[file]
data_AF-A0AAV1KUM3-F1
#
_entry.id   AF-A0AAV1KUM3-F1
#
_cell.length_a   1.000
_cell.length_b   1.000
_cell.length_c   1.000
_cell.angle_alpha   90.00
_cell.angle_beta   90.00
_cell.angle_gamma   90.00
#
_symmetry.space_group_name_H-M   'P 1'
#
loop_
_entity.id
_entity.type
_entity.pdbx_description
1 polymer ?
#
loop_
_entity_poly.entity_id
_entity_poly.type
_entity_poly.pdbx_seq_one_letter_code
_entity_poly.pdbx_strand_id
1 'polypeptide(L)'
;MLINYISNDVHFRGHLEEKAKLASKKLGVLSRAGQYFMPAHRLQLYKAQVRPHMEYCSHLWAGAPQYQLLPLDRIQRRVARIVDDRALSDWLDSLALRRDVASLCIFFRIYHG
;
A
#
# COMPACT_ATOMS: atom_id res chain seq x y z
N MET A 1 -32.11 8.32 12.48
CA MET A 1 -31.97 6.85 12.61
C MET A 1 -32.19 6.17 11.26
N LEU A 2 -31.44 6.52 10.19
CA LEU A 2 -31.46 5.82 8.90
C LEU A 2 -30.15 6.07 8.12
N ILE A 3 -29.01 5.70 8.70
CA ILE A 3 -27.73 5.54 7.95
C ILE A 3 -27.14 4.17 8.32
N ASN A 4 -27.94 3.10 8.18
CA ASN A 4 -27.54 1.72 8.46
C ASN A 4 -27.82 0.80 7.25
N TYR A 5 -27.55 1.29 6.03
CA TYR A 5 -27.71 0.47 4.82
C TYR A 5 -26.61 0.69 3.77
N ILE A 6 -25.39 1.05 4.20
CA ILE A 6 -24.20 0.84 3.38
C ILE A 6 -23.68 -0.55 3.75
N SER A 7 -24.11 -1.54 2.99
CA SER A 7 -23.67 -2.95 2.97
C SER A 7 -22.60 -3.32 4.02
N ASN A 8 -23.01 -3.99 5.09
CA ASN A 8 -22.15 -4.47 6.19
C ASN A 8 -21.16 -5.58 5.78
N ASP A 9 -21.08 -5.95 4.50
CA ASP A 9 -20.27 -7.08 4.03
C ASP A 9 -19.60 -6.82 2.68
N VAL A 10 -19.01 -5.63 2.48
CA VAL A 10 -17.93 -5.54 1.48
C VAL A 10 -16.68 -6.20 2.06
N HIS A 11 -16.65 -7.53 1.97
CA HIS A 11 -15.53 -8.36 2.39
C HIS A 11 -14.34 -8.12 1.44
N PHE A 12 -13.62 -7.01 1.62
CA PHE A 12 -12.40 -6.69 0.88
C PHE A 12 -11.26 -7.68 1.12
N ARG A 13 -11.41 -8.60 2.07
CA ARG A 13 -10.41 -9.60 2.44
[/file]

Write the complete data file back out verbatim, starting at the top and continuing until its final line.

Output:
data_AF-A0AAV1KUM3-F1
#
_entry.id   AF-A0AAV1KUM3-F1
#
_cell.length_a   1.000
_cell.length_b   1.000
_cell.length_c   1.000
_cell.angle_alpha   90.00
_cell.angle_beta   90.00
_cell.angle_gamma   90.00
#
_symmetry.space_group_name_H-M   'P 1'
#
loop_
_entity.id
_entity.type
_entity.pdbx_description
1 polymer ?
#
loop_
_entity_poly.entity_id
_entity_poly.type
_entity_poly.pdbx_seq_one_letter_code
_entity_poly.pdbx_strand_id
1 'polypeptide(L)'
;MLINYISNDVHFRGHLEEKAKLASKKLGVLSRAGQYFMPAHRLQLYKAQVRPHMEYCSHLWAGAPQYQLLPLDRIQRRVARIVDDRALSDWLDSLALRRDVASLCIFFRIYHG
;
A
#
# COMPACT_ATOMS: atom_id res chain seq x y z
N MET A 1 -32.11 8.32 12.48
CA MET A 1 -31.97 6.85 12.61
C MET A 1 -32.19 6.17 11.26
N LEU A 2 -31.44 6.52 10.19
CA LEU A 2 -31.46 5.82 8.90
C LEU A 2 -30.15 6.07 8.12
N ILE A 3 -29.01 5.70 8.70
CA ILE A 3 -27.73 5.54 7.95
C ILE A 3 -27.14 4.17 8.32
N ASN A 4 -27.94 3.10 8.18
CA ASN A 4 -27.54 1.72 8.46
C ASN A 4 -27.82 0.80 7.25
N TYR A 5 -27.55 1.29 6.03
CA TYR A 5 -27.71 0.47 4.82
C TYR A 5 -26.61 0.69 3.77
N ILE A 6 -25.39 1.05 4.20
CA ILE A 6 -24.20 0.84 3.38
C ILE A 6 -23.68 -0.55 3.75
N SER A 7 -24.11 -1.54 2.99
CA SER A 7 -23.67 -2.95 2.97
C SER A 7 -22.60 -3.32 4.02
N ASN A 8 -23.01 -3.99 5.09
CA ASN A 8 -22.15 -4.47 6.19
C ASN A 8 -21.16 -5.58 5.78
N ASP A 9 -21.08 -5.95 4.50
CA ASP A 9 -20.27 -7.08 4.03
C ASP A 9 -19.60 -6.82 2.68
N VAL A 10 -19.01 -5.63 2.48
CA VAL A 10 -17.93 -5.54 1.48
C VAL A 10 -16.68 -6.20 2.06
N HIS A 11 -16.65 -7.53 1.97
CA HIS A 11 -15.53 -8.36 2.39
C HIS A 11 -14.34 -8.12 1.44
N PHE A 12 -13.62 -7.01 1.62
CA PHE A 12 -12.40 -6.69 0.88
C PHE A 12 -11.26 -7.68 1.12
N ARG A 13 -11.41 -8.60 2.07
CA ARG A 13 -10.41 -9.60 2.44